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Rev Neurol. 2004 Oct 1-15;39(7):639-45.

[Neuropsychological disorders in Parkinson's disease: evaluating them and their impact on the caregiver].

[Article in Spanish]

Author information

1
Area de Epidemiología Aplicada, Centro Nacional de Epidemiología, Instituto de Salud Carlos III, Madrid, Spain. pmartinez@isciii.es

Abstract

INTRODUCTION:

There are no specific scales for evaluating the broad profile of potentially relevant neuropsychological disorders associated to Parkinson's disease. Moreover, the information about their impact on the quality of life of caregivers (QLC) is scarce.

OBJECTIVES:

This study outlines a model of a practical questionnaire developed to evaluate the neuropsychological disorders in Parkinson's disease and how to apply it to determine the effect they have on the QLC.

PATIENTS AND METHODS:

A study was performed in two phases: 1. The application of a list of items from several scales used for neuropsychological disorders; 2. After selecting and reducing the number of items by means of psychometric methods, they were applied to a sample of patients. At the same time, using the data obtained from the above mentioned procedure, the impact of the neuropsychological disorders on the QLC was evaluated with the Glozman scale.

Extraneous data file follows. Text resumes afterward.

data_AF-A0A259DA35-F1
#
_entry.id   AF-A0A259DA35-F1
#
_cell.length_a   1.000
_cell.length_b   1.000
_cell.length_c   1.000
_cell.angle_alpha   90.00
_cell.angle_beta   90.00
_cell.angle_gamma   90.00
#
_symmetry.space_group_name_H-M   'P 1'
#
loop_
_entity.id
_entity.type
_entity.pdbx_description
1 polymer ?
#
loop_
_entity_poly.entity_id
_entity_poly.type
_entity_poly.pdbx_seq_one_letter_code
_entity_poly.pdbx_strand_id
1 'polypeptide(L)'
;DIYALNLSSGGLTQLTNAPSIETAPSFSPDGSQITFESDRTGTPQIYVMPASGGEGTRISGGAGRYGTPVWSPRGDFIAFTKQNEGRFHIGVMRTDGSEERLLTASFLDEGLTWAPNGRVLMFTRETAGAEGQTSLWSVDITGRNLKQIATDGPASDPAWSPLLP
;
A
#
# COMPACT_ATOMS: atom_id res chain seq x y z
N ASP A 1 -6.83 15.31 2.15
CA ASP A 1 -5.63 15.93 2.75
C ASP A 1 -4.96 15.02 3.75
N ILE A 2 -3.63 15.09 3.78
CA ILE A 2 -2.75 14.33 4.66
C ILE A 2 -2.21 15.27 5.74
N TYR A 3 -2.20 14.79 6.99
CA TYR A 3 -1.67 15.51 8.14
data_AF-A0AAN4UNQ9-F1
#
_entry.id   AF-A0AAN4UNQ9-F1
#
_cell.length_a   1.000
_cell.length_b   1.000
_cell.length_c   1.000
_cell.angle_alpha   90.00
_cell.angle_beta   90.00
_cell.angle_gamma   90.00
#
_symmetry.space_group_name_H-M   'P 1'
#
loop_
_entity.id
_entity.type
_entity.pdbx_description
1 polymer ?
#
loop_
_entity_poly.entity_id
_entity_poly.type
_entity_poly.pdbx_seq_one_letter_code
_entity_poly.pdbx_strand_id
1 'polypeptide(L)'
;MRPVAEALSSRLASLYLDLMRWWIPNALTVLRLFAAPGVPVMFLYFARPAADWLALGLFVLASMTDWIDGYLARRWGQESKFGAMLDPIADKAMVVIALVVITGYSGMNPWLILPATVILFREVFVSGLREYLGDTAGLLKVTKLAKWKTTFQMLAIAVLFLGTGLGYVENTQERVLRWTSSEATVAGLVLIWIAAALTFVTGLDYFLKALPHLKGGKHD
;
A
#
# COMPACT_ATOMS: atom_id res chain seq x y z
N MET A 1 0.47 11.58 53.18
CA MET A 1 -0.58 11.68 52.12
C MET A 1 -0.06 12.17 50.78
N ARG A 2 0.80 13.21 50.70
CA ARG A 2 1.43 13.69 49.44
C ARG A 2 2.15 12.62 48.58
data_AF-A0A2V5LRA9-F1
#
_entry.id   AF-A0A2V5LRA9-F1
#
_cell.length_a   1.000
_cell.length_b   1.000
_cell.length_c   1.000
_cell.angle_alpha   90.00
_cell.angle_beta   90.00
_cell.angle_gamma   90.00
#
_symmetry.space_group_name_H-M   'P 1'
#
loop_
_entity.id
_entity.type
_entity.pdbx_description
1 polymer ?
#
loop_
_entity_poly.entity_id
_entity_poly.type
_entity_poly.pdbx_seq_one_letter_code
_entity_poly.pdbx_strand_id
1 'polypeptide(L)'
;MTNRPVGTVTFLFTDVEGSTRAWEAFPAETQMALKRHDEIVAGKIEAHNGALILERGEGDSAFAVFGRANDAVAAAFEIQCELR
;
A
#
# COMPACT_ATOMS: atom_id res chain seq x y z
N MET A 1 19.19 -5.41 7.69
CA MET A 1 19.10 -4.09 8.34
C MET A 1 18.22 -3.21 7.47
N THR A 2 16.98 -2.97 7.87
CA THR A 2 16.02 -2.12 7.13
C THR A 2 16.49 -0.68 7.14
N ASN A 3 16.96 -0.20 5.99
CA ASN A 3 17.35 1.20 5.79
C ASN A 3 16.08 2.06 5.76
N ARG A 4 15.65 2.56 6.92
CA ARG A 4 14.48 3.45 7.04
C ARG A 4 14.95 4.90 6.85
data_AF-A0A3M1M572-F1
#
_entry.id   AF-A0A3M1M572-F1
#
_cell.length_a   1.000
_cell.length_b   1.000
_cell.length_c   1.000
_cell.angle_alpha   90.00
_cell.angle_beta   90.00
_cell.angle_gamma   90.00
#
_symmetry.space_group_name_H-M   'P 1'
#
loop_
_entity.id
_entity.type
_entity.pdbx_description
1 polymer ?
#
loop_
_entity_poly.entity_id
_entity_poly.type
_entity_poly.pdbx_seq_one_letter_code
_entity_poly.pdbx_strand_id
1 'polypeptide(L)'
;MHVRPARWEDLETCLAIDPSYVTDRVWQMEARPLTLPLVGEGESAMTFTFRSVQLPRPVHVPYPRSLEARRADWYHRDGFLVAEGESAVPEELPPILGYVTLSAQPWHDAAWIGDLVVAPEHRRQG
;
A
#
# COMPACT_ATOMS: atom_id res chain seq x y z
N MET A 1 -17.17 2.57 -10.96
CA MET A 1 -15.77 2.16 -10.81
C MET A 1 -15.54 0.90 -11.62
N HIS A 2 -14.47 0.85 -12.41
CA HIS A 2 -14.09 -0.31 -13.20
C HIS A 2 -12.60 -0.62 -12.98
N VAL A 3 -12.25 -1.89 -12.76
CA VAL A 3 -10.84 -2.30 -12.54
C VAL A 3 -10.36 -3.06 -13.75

RESULT:

In Parkinson's disease some neuropsychological disorders are relatively frequent, unlike those observed in a control group (either because of their frequency or their intensity) and are significantly associated to other aspects of the disease. There was an overall deterioration of the QLC and this worsened significantly as PD progressed and the disability of the patient increased. With respect to the neuropsychological disorders, verbal communication (rS = -0.59), cognitive behavioural mental status (rS = -0.54) and depression (rS = -0.41) (p < 0.001) were the domains significantly linked to deterioration of the QLC.

CONCLUSIONS:

The QLC of patients with Parkinson's disease is decreased and is correlated with the extent of the patient's motor disorders, functional status and neuropsychological disorders.

PMID:
15490351
[Indexed for MEDLINE]
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